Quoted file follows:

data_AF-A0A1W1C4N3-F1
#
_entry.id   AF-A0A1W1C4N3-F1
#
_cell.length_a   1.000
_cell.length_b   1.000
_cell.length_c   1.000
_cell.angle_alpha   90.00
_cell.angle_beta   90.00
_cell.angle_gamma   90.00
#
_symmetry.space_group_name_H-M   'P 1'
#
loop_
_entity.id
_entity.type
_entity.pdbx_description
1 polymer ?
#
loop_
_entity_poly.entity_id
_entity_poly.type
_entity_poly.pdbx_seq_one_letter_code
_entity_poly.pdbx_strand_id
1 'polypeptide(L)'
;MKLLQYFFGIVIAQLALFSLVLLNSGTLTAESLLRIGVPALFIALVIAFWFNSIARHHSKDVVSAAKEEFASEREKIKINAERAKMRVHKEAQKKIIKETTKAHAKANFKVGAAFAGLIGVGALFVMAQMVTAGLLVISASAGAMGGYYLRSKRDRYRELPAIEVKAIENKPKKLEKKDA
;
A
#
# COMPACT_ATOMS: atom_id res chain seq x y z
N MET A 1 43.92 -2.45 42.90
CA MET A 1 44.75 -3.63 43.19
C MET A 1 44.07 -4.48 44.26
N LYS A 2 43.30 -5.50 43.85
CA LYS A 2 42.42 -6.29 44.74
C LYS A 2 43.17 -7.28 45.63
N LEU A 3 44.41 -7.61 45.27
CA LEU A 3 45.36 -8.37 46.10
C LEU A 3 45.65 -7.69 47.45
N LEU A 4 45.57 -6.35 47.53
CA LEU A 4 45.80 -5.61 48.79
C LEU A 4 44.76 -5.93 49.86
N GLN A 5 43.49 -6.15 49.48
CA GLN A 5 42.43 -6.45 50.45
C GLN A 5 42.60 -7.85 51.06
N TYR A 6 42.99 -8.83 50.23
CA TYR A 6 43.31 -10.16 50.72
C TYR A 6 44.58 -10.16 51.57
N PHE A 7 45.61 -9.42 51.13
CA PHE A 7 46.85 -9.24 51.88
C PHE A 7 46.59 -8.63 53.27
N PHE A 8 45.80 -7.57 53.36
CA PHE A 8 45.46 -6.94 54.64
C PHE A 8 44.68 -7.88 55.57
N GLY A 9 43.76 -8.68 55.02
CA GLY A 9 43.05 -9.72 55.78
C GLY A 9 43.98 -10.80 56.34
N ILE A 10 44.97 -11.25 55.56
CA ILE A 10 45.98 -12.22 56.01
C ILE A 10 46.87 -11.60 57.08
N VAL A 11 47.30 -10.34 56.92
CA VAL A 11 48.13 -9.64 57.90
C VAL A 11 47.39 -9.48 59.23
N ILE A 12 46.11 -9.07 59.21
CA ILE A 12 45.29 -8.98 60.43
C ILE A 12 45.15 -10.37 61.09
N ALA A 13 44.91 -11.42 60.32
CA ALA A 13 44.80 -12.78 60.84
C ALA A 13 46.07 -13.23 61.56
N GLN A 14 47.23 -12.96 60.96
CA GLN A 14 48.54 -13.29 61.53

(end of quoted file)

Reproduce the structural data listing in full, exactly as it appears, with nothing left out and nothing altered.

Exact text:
data_AF-A0A1W1C4N3-F1
#
_entry.id   AF-A0A1W1C4N3-F1
#
_cell.length_a   1.000
_cell.length_b   1.000
_cell.length_c   1.000
_cell.angle_alpha   90.00
_cell.angle_beta   90.00
_cell.angle_gamma   90.00
#
_symmetry.space_group_name_H-M   'P 1'
#
loop_
_entity.id
_entity.type
_entity.pdbx_description
1 polymer ?
#
loop_
_entity_poly.entity_id
_entity_poly.type
_entity_poly.pdbx_seq_one_letter_code
_entity_poly.pdbx_strand_id
1 'polypeptide(L)'
;MKLLQYFFGIVIAQLALFSLVLLNSGTLTAESLLRIGVPALFIALVIAFWFNSIARHHSKDVVSAAKEEFASEREKIKINAERAKMRVHKEAQKKIIKETTKAHAKANFKVGAAFAGLIGVGALFVMAQMVTAGLLVISASAGAMGGYYLRSKRDRYRELPAIEVKAIENKPKKLEKKDA
;
A
#
# COMPACT_ATOMS: atom_id res chain seq x y z
N MET A 1 43.92 -2.45 42.90
CA MET A 1 44.75 -3.63 43.19
C MET A 1 44.07 -4.48 44.26
N LYS A 2 43.30 -5.50 43.85
CA LYS A 2 42.42 -6.29 44.74
C LYS A 2 43.17 -7.28 45.63
N LEU A 3 44.41 -7.61 45.27
CA LEU A 3 45.36 -8.37 46.10
C LEU A 3 45.65 -7.69 47.45
N LEU A 4 45.57 -6.35 47.53
CA LEU A 4 45.80 -5.61 48.79
C LEU A 4 44.76 -5.93 49.86
N GLN A 5 43.49 -6.15 49.48
CA GLN A 5 42.43 -6.45 50.45
C GLN A 5 42.60 -7.85 51.06
N TYR A 6 42.99 -8.83 50.23
CA TYR A 6 43.31 -10.16 50.72
C TYR A 6 44.58 -10.16 51.57
N PHE A 7 45.61 -9.42 51.13
CA PHE A 7 46.85 -9.24 51.88
C PHE A 7 46.59 -8.63 53.27
N PHE A 8 45.80 -7.57 53.36
CA PHE A 8 45.46 -6.94 54.64
C PHE A 8 44.68 -7.88 55.57
N GLY A 9 43.76 -8.68 55.02
CA GLY A 9 43.05 -9.72 55.78
C GLY A 9 43.98 -10.80 56.34
N ILE A 10 44.97 -11.25 55.56
CA ILE A 10 45.98 -12.22 56.01
C ILE A 10 46.87 -11.60 57.08
N VAL A 11 47.30 -10.34 56.92
CA VAL A 11 48.13 -9.64 57.90
C VAL A 11 47.39 -9.48 59.23
N ILE A 12 46.11 -9.07 59.21
CA ILE A 12 45.29 -8.98 60.43
C ILE A 12 45.15 -10.37 61.09
N ALA A 13 44.91 -11.42 60.32
CA ALA A 13 44.80 -12.78 60.84
C ALA A 13 46.07 -13.23 61.56
N GLN A 14 47.23 -12.96 60.96
CA GLN A 14 48.54 -13.29 61.53